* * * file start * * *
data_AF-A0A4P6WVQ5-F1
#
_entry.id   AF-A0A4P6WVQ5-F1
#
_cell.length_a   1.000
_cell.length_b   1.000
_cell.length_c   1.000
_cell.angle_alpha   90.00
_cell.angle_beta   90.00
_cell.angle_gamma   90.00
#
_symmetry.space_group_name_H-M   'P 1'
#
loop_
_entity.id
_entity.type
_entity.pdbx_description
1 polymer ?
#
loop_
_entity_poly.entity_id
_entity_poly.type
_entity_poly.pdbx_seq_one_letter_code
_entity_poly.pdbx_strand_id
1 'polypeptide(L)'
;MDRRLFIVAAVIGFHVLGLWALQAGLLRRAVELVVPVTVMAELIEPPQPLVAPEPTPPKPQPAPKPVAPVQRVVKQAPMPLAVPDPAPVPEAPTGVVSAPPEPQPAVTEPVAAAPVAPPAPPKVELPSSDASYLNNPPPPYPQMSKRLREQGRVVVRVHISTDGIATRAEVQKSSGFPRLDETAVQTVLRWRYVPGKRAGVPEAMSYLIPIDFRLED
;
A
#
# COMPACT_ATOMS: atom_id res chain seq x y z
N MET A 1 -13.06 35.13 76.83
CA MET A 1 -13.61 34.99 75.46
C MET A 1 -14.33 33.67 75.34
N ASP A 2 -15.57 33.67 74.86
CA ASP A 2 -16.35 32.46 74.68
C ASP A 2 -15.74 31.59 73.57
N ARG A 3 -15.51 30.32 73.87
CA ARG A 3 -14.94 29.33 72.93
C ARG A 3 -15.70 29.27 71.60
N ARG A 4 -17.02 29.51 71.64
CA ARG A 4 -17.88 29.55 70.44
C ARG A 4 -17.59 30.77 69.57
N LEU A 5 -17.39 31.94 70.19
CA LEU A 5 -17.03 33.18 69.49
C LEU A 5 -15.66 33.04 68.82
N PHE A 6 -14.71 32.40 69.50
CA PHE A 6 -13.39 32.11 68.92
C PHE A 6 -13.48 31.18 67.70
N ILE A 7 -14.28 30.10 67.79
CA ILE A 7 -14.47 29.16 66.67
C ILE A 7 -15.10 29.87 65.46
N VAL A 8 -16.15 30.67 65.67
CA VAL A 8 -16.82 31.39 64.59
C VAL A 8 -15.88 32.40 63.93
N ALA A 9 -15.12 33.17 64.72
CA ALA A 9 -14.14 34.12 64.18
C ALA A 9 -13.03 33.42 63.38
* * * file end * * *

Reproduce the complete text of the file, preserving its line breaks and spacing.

data_AF-A0A4P6WVQ5-F1
#
_entry.id   AF-A0A4P6WVQ5-F1
#
_cell.length_a   1.000
_cell.length_b   1.000
_cell.length_c   1.000
_cell.angle_alpha   90.00
_cell.angle_beta   90.00
_cell.angle_gamma   90.00
#
_symmetry.space_group_name_H-M   'P 1'
#
loop_
_entity.id
_entity.type
_entity.pdbx_description
1 polymer ?
#
loop_
_entity_poly.entity_id
_entity_poly.type
_entity_poly.pdbx_seq_one_letter_code
_entity_poly.pdbx_strand_id
1 'polypeptide(L)'
;MDRRLFIVAAVIGFHVLGLWALQAGLLRRAVELVVPVTVMAELIEPPQPLVAPEPTPPKPQPAPKPVAPVQRVVKQAPMPLAVPDPAPVPEAPTGVVSAPPEPQPAVTEPVAAAPVAPPAPPKVELPSSDASYLNNPPPPYPQMSKRLREQGRVVVRVHISTDGIATRAEVQKSSGFPRLDETAVQTVLRWRYVPGKRAGVPEAMSYLIPIDFRLED
;
A
#
# COMPACT_ATOMS: atom_id res chain seq x y z
N MET A 1 -13.06 35.13 76.83
CA MET A 1 -13.61 34.99 75.46
C MET A 1 -14.33 33.67 75.34
N ASP A 2 -15.57 33.67 74.86
CA ASP A 2 -16.35 32.46 74.68
C ASP A 2 -15.74 31.59 73.57
N ARG A 3 -15.51 30.32 73.87
CA ARG A 3 -14.94 29.33 72.93
C ARG A 3 -15.70 29.27 71.60
N ARG A 4 -17.02 29.51 71.64
CA ARG A 4 -17.88 29.55 70.44
C ARG A 4 -17.59 30.77 69.57
N LEU A 5 -17.39 31.94 70.19
CA LEU A 5 -17.03 33.18 69.49
C LEU A 5 -15.66 33.04 68.82
N PHE A 6 -14.71 32.40 69.50
CA PHE A 6 -13.39 32.11 68.92
C PHE A 6 -13.48 31.18 67.70
N ILE A 7 -14.28 30.10 67.79
CA ILE A 7 -14.47 29.16 66.67
C ILE A 7 -15.10 29.87 65.46
N VAL A 8 -16.15 30.67 65.67
CA VAL A 8 -16.82 31.39 64.59
C VAL A 8 -15.88 32.40 63.93
N ALA A 9 -15.12 33.17 64.72
CA ALA A 9 -14.14 34.12 64.18
C ALA A 9 -13.03 33.42 63.38